Tudor Rebellions: Western/Prayer Book Rebellion

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  • The Western/ Prayer Book Rebellion May-Aug 1549
    • cause
      • religious factors
        • the Reformation 1534
        • Dec 1548, First Book of Common Prayer, a manual written by Cranmer outlining the liturgy to be followed in church services
          • liturgy - form of worship
          • services in English, not Latin
          • Sacraments - Eucharist, baptism, last rites, confirmation, marriage
          • Communion in both kinds and transubstantiation (the bread and wine are actually the blood and body of Christ during Mass)
          • Clerical marriage allowed
          • still unclear about purgatory
          • no prayers for the dead
            • the abolition of Chantries
          • traditional robes in church
          • feasts and holy days remain, worship of saints discouraged but not banned
        • Jan 1549 - Act of Uniformity, this made the book of common prayer official, and it became law. It satisfied few people, Catholics saw it as too Protestant, Protestants saw it as too Catholic
      • economic factors
        • 1549 Subsidy Act
          • tax on wool
        • debasement and inflation
      • social factors
        • strong resentment against the gentry who profited from the sale of the church lands and who were now occupying positions of authority in central/local government
        • the common people of Devon were more hostile towards their gentry than in most other parts of England
          • Cornwall in particular had a strong cultural tradition. their own language, traditions, almost like their own country
    • the demands
      • 13/14 articles showed they wanted restoration not reformation
      • they wanted the return of relics, Latin, one kind of communion, chantries, and mass every sunday
    • events of the rebellion
      • may-august 1549
        • Cornwall - The first sign of trouble came from Helston in April 1548, when the much hated government commissioner William Body visited the town to oversee the destruction of church images. In the ensuing riot, Body was murdered. The brutality of the government's response cause widespread resentment
        • Rebellion takes hold! In Spring 1549, the imposition of the New Prayer Book led to protests across Cornwall which came together under the leadership of Humphrey Arundel at Bodmin and a list of articles was compiled
        • In the village of Sampford Courtney, people were provoked into rebellion by their priest's use of the new Prayer Book on 10th June 1549 (Whitsunday). The rebels persuaded the priest to deliver a traditional Catholic mass. A member of the gentry, Hellyons, who intervened was killed,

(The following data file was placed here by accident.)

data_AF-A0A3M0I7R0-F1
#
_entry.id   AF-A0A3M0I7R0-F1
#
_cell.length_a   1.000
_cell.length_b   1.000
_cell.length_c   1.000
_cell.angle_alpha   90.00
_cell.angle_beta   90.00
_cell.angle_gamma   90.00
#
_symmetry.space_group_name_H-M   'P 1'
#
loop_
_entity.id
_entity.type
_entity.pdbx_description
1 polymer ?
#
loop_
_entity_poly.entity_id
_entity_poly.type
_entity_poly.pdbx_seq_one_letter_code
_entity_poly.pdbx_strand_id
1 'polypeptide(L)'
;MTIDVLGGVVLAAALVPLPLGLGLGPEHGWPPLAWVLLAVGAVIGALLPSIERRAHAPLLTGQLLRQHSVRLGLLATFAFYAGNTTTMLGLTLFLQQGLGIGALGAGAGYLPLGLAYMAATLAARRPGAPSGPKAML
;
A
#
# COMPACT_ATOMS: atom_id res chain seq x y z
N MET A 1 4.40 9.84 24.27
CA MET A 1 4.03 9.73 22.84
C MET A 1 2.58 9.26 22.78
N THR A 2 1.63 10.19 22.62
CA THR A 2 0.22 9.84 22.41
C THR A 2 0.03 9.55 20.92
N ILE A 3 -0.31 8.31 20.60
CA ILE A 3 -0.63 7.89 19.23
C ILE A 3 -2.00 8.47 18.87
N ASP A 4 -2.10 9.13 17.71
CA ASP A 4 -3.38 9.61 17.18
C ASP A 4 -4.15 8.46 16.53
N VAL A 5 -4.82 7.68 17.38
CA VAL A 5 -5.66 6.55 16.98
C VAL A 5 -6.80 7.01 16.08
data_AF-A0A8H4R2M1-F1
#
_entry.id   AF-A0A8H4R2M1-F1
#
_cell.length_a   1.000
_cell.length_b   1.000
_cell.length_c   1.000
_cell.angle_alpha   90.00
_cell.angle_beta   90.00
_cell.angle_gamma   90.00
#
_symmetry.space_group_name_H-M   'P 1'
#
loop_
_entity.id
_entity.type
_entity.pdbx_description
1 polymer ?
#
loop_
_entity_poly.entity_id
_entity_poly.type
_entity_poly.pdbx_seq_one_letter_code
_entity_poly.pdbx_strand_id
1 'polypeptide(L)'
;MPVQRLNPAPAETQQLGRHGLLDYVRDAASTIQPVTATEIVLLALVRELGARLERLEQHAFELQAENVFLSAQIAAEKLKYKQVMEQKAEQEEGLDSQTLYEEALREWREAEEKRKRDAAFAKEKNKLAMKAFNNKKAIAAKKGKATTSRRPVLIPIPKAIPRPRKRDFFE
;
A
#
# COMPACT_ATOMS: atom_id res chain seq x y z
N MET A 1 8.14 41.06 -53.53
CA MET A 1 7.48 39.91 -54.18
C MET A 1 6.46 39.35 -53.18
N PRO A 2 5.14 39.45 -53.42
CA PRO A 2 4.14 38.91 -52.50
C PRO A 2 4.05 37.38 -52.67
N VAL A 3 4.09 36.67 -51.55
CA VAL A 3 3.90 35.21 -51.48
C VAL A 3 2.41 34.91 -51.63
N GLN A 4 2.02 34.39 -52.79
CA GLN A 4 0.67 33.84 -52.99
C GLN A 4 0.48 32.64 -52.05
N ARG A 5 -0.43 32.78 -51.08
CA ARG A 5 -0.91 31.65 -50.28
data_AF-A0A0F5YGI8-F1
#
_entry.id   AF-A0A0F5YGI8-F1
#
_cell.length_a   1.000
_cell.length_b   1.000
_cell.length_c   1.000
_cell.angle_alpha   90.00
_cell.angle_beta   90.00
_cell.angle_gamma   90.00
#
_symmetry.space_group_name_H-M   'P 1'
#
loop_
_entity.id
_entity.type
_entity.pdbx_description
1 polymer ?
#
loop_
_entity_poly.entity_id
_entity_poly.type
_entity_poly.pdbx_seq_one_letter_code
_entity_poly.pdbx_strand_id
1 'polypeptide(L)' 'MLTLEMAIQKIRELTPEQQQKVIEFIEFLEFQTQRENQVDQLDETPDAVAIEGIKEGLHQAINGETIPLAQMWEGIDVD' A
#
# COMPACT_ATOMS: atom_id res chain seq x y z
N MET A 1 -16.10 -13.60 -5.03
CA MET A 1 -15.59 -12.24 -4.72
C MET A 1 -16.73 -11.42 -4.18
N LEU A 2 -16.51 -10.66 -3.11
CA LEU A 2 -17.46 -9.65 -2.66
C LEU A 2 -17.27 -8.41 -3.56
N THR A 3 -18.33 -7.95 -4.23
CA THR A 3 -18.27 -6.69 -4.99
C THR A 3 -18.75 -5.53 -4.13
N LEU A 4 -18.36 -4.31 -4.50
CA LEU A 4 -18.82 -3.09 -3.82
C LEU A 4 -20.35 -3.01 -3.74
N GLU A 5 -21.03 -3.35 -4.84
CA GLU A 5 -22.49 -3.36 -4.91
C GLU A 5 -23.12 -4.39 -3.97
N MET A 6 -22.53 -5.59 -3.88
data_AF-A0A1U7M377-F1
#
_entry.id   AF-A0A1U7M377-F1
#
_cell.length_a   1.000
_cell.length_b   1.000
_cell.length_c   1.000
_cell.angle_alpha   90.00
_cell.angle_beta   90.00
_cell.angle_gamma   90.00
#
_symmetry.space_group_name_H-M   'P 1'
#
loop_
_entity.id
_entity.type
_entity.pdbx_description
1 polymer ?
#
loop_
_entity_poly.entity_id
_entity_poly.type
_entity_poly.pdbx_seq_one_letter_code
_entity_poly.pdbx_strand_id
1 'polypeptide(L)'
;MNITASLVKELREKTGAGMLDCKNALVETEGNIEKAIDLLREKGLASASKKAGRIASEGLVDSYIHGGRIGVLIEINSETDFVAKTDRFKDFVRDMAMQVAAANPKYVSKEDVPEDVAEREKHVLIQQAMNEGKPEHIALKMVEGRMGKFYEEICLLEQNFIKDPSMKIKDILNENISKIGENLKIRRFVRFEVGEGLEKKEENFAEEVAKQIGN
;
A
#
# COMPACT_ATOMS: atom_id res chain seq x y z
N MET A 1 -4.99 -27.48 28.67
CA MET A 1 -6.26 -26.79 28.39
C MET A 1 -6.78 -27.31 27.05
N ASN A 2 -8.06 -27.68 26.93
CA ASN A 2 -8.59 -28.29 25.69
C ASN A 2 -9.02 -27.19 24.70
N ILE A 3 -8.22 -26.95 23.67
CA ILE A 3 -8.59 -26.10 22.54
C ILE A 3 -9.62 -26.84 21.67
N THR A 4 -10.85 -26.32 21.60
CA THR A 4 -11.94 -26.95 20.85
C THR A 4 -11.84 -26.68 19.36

• They then joined the forces from Cornwall at Crediton on 20th June where Arundel and 6000 men had gathered. Somerset sent a small force led by Carew, he was instructed to show leniency. However, Carew made the situation worse, he failed to meet with the rebels and when his servant set fire to a barn, the rebels nearly erupted into violence.
        • Arundel and the rebels marched to the walls of Exeter. A six week siege ensured where loyalty to the crown led the citizens of Exeter to defend their city staunchly against rebel attack
        • Somerset was acting on inadequate information and only had limited resources. he was struggling to suppress enclosure riots in the Midlands, maintain adequate forces on the Scottish border, and watch out for French aggression.
        • He replaced Carew with Russell, who was urged to find a peaceful solution. Russell and his 100 men were based at Honiton throughout July 1549. He was not strong enough to attack the rebels and was forced to wait for reinforcements
        • On 12th July, reinforcements under Lord Grey were delayed due to the uprising in Oxfordshire. On 28th July, in response to pressure from Somerset, Russell began his advance against the rebels. He was aided by the arrival of forces from Lord Grey on 3rd August. The rebels were defeated in clashes at Fenny Bridges, Clyst St Mary, and Clyst Heath. On 6th August, Russell relieved the city of Exeter as further government forces under Herbert arrived
        • Somerset put pressure on Russell to finish the job as France declared war on England on 8th August.  On the 16th August, Russell led a royal army of 8000 men against the rebels who had reformed at Sampford Courtney. It required a three pronged attack by Russell, Grey, and Herbert before the rebels fled. After this, Russell dealt with pockets of resistance. In total, 4000 West Country men had been killed.
    • How threatening was the rebellion?
      • Arundel was a gentleman with considerable tactical skills.
      • By June 1549, his support had attracted 6000 men centred on Bodmin, representing all social classes. Most of the local gentry had either joined the rebellion or gone into hiding.
      • Arundel kept control and discipline by dividing the rebels into military detachments under the control of colonels, majors, captains, or clergy.
      • Although this rebellion was not a dynastic threat, the impact on the government upon hearing news of this rebel force intending to march on London raised concerns.
    • Punishments
      • Over 100 rebels were hanged ion Devon and Somerset towns, and martial law was imposed in Cornwall. Among the victims were eight priests.
      • The ringleaders including Arundel were sent to London and executed in Jan 1550. Robert Welsh - vicar of St Thomas - was hanged in his won church tower in Exeter dressed in catholic vestments.
      • Hostility was deepened further as government force had acted illegally, executing without trial, confiscating / redistibuting property.

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